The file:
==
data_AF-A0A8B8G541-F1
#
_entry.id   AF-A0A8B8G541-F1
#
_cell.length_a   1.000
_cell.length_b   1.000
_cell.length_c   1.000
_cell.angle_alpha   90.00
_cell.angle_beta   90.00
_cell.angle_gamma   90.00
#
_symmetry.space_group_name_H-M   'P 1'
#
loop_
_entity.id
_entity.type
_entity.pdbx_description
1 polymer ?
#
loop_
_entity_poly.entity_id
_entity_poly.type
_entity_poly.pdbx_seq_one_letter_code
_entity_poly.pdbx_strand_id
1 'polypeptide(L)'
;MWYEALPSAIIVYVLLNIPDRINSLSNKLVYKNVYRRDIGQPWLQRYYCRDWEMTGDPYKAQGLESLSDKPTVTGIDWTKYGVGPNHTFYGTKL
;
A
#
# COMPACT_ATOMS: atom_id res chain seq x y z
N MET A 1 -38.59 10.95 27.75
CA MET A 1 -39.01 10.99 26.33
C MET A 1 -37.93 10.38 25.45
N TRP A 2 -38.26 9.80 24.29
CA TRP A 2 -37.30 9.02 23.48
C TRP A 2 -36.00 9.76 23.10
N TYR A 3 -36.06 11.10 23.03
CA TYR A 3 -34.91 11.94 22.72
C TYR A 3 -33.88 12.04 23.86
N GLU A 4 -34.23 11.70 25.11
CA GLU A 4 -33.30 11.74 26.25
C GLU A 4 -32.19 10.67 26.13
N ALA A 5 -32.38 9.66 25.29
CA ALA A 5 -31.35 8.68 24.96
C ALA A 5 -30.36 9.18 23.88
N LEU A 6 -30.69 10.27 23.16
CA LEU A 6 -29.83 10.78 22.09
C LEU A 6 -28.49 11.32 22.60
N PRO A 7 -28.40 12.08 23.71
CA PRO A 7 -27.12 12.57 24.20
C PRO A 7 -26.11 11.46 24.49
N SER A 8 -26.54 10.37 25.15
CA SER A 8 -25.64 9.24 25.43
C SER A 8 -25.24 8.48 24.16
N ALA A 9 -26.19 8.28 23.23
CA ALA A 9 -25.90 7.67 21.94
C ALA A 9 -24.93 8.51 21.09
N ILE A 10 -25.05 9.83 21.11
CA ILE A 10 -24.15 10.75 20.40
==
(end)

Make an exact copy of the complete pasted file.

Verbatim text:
data_AF-A0A8B8G541-F1
#
_entry.id   AF-A0A8B8G541-F1
#
_cell.length_a   1.000
_cell.length_b   1.000
_cell.length_c   1.000
_cell.angle_alpha   90.00
_cell.angle_beta   90.00
_cell.angle_gamma   90.00
#
_symmetry.space_group_name_H-M   'P 1'
#
loop_
_entity.id
_entity.type
_entity.pdbx_description
1 polymer ?
#
loop_
_entity_poly.entity_id
_entity_poly.type
_entity_poly.pdbx_seq_one_letter_code
_entity_poly.pdbx_strand_id
1 'polypeptide(L)'
;MWYEALPSAIIVYVLLNIPDRINSLSNKLVYKNVYRRDIGQPWLQRYYCRDWEMTGDPYKAQGLESLSDKPTVTGIDWTKYGVGPNHTFYGTKL
;
A
#
# COMPACT_ATOMS: atom_id res chain seq x y z
N MET A 1 -38.59 10.95 27.75
CA MET A 1 -39.01 10.99 26.33
C MET A 1 -37.93 10.38 25.45
N TRP A 2 -38.26 9.80 24.29
CA TRP A 2 -37.30 9.02 23.48
C TRP A 2 -36.00 9.76 23.10
N TYR A 3 -36.06 11.10 23.03
CA TYR A 3 -34.91 11.94 22.72
C TYR A 3 -33.88 12.04 23.86
N GLU A 4 -34.23 11.70 25.11
CA GLU A 4 -33.30 11.74 26.25
C GLU A 4 -32.19 10.67 26.13
N ALA A 5 -32.38 9.66 25.29
CA ALA A 5 -31.35 8.68 24.96
C ALA A 5 -30.36 9.18 23.88
N LEU A 6 -30.69 10.27 23.16
CA LEU A 6 -29.83 10.78 22.09
C LEU A 6 -28.49 11.32 22.60
N PRO A 7 -28.40 12.08 23.71
CA PRO A 7 -27.12 12.57 24.20
C PRO A 7 -26.11 11.46 24.49
N SER A 8 -26.54 10.37 25.15
CA SER A 8 -25.64 9.24 25.43
C SER A 8 -25.24 8.48 24.16
N ALA A 9 -26.19 8.28 23.23
CA ALA A 9 -25.90 7.67 21.94
C ALA A 9 -24.93 8.51 21.09
N ILE A 10 -25.05 9.83 21.11
CA ILE A 10 -24.15 10.75 20.40